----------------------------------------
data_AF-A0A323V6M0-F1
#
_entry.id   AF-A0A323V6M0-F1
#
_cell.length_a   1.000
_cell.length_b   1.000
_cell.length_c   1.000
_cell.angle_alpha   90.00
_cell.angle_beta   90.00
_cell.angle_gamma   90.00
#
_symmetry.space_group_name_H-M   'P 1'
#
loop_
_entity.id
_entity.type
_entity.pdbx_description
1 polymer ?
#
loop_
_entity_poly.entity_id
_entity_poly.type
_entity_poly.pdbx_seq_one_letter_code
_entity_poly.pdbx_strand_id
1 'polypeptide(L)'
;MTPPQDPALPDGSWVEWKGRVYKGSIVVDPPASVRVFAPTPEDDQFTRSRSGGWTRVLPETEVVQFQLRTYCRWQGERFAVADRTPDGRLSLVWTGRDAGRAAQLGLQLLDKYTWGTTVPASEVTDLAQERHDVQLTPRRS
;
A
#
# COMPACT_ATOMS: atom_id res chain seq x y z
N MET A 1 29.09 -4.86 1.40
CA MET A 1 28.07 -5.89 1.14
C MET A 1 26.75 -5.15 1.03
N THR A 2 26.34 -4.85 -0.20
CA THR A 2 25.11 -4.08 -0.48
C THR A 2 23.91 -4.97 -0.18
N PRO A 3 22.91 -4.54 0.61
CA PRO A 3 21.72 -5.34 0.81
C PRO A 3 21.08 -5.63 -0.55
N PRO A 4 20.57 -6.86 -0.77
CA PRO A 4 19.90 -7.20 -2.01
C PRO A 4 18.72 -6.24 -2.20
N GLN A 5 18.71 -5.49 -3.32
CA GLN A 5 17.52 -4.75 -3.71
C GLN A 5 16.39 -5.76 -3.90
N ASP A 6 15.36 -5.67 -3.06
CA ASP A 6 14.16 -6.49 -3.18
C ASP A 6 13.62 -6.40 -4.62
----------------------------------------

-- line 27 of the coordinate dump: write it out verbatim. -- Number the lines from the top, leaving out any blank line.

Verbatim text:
;